Sustainable Interior Design

Greenwashing. We all hear about how ‘green’ products are and shop and confidently purchase because we’ve been told, read, and truly believe we are doing something good. Oh, if only greenwashing was against the law. I see it as false advertising.

Products frequently advertised as “green” that are in no way sustainable products include (and there are wayyyy more): LVT (Luxury Vinyl Tiles), Mattresses, honestly most Ikea items, natural stone, anti-microbials, concrete, and some bamboo.

So, before we jump into these materials, what is ‘sustainable’? Sustainable products have a low-to-no impact on the environment. They are long-lasting, so that frequent replacement does not have to happen. They are healthy products and will not damage the health of those interacting with them. Based on those requirements, let’s review the products I listed above.

LVT

Ooh, just look at this plastic kitchen! It’s so pretty isn’t it? It’s also so toxic…

Ooh, just look at this plastic kitchen! It’s so pretty isn’t it? It’s also so toxic…

The name alone will throw this out the door. Luxury Vinyl Tile. I laughed while typing out those words. There is nothing luxurious about vinyl. It will last, they have that… it will last in landfills for thousands of years. Bra.vo. folks. First of all, I don’t care what it keeps in or out, vinyl is NEVER sustainable. There simply are no sustainable plastic products. Not only is it a plastic product that will never disintegrate, it has incredibly unhealthy properties. A part of sustainability is the way a product affects the air we breathe, and LVT is made of PVC. PVC releases toxins, dioxins (one of the most highly carcinogenic toxins!). Additionally, the process of recycling plastic products releases more of these toxins into the air. So, do we just waste plastic products? Kind of. At this point, we can work toward solutions, but the best thing to do is avoid plastic products altogether (even recycled and recyclable plastics).

Read more about LVT here.

Mattresses

This is a tough one because mattresses have to be flame retardant by law. However, most flame retardants contain chemicals. One way to avoid the chemical flame retardants is to use a naturally flame-retardant substance- wool. Of course, there lies the dilemma of the mass-farming of animals and how that impacts our environment and the washing of wool using pesticides and chemicals. Replace the wool with cotton and we have one of the world’s most pesticide-intensive crop products as well as the need for heavy irrigation. There absolutely are solutions though, and a great place to start is here, with products where the process has been heavily scrutinized and certified.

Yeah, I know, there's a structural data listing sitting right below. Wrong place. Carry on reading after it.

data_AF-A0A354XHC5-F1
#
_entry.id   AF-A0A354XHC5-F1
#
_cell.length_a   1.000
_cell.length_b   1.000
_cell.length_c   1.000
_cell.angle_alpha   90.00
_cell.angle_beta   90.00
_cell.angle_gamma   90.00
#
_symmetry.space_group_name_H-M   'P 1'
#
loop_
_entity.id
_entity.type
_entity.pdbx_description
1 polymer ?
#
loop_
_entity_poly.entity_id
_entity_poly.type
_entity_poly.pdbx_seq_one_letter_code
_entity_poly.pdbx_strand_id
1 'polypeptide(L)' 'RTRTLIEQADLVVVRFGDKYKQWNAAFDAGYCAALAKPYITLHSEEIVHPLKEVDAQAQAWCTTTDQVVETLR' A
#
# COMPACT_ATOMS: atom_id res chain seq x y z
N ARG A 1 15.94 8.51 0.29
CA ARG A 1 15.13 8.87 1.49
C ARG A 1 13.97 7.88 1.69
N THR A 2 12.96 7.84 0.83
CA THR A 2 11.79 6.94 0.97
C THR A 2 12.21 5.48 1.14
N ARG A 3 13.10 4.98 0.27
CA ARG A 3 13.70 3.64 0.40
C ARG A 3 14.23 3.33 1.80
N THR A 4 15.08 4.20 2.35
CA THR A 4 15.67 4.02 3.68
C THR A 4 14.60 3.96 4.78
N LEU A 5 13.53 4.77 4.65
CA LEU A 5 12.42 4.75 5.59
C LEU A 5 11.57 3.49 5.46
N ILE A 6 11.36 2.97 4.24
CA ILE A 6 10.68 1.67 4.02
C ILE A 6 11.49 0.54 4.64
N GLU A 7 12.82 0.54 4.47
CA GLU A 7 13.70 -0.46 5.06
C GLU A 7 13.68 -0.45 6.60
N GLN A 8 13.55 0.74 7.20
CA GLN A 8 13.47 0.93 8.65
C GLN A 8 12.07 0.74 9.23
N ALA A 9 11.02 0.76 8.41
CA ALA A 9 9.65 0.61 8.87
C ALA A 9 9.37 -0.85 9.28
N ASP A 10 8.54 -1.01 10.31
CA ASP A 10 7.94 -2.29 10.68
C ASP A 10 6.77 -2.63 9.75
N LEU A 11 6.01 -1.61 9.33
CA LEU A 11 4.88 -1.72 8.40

Ikea

This one makes me nuts. Everyone shops Ikea. I shop Ikea from time to time. What are good products to get from Ikea: flatware, dishes, sinks (make sure they include the drain that you bought but wasn’t with your pick up items… sigh), essentially metal items that last and do not take part in the delivery of water or energy. See, they advertise their faucets as sustainable with low water usage, but without a single certification. So, while they may be sustainable... there is nothing backing it up or holding it to standards of any kind.

Ikea recently got a lot of recognition for their window treatments that reduce air pollution. I have to provide the disclaimer that I have not yet experienced this product personally, but what I DO know about Ikea products is that they are created cheaply and quickly. The upholstery falls apart (just look at the fabric falling off the pieces on the showroom floor), and the fabric stitches come apart and fray. If it is being thrown out or was purchased as a “temporary” product- as most Ikea products are, it is not sustainable. It’s just another item in the landfill.

Natural Stone

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This one is iffy, but I lean toward NOT sustainable. Natural stone comes from the Earth, right? So, that makes it sustainable right? Wrong. Remember the qualification that it must be low impact on the environment? Natural stone is quarried. Quarrying creates vibrations that cause landslides, water pollution, noise pollution (buh-bye animals running from the sound) and a loss of biodiversity. Not all quarries do this though, and that is why this is an iffy one. We have developed improved processes to quarry that reduce our impact, and because quarries are located all over the world, we can access locally quarried slabs that reduce the carbon footprint of shipping. I will let you be the judge and I won’t judge you! However, I do think there are more environmentally friendly alternatives.